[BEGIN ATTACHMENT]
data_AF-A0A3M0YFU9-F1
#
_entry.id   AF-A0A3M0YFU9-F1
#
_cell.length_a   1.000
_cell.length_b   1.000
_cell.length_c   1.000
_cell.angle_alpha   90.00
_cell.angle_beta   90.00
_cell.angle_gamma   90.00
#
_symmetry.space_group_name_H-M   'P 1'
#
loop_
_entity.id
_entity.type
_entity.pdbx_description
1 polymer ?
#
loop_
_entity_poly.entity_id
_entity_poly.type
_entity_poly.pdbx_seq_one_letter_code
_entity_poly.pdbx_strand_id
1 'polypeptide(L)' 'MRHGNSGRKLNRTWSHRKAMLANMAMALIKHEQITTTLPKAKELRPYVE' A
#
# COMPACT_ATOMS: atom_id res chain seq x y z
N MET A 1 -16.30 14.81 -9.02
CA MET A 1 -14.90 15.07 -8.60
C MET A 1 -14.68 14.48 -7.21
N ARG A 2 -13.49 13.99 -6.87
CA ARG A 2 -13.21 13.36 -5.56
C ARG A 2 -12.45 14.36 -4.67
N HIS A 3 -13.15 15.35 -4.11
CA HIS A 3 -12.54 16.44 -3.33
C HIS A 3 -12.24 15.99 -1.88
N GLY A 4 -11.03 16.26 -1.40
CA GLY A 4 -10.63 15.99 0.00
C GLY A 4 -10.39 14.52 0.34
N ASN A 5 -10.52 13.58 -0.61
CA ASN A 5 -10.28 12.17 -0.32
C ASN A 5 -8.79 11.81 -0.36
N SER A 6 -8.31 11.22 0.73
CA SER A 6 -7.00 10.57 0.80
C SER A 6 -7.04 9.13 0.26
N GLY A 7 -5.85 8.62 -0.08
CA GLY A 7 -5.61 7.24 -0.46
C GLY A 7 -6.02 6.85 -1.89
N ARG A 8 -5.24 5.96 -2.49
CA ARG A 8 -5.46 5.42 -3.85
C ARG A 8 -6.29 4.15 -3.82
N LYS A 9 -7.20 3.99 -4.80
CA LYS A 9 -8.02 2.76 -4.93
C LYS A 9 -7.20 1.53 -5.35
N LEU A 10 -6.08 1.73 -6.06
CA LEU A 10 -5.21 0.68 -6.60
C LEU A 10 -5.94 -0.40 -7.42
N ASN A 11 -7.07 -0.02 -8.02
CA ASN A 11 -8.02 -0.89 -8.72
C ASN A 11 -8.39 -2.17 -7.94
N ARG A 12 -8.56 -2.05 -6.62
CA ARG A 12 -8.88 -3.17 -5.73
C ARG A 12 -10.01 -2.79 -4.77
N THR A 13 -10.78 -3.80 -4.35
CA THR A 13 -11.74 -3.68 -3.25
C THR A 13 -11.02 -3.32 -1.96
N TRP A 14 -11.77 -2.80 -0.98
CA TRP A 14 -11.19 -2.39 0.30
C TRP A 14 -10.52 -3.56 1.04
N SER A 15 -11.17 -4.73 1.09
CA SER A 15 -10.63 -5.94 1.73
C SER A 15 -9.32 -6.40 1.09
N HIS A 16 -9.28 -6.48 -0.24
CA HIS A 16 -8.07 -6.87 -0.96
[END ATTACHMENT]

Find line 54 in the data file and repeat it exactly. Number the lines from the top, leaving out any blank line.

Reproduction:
C LYS A 9 -7.20 1.53 -5.35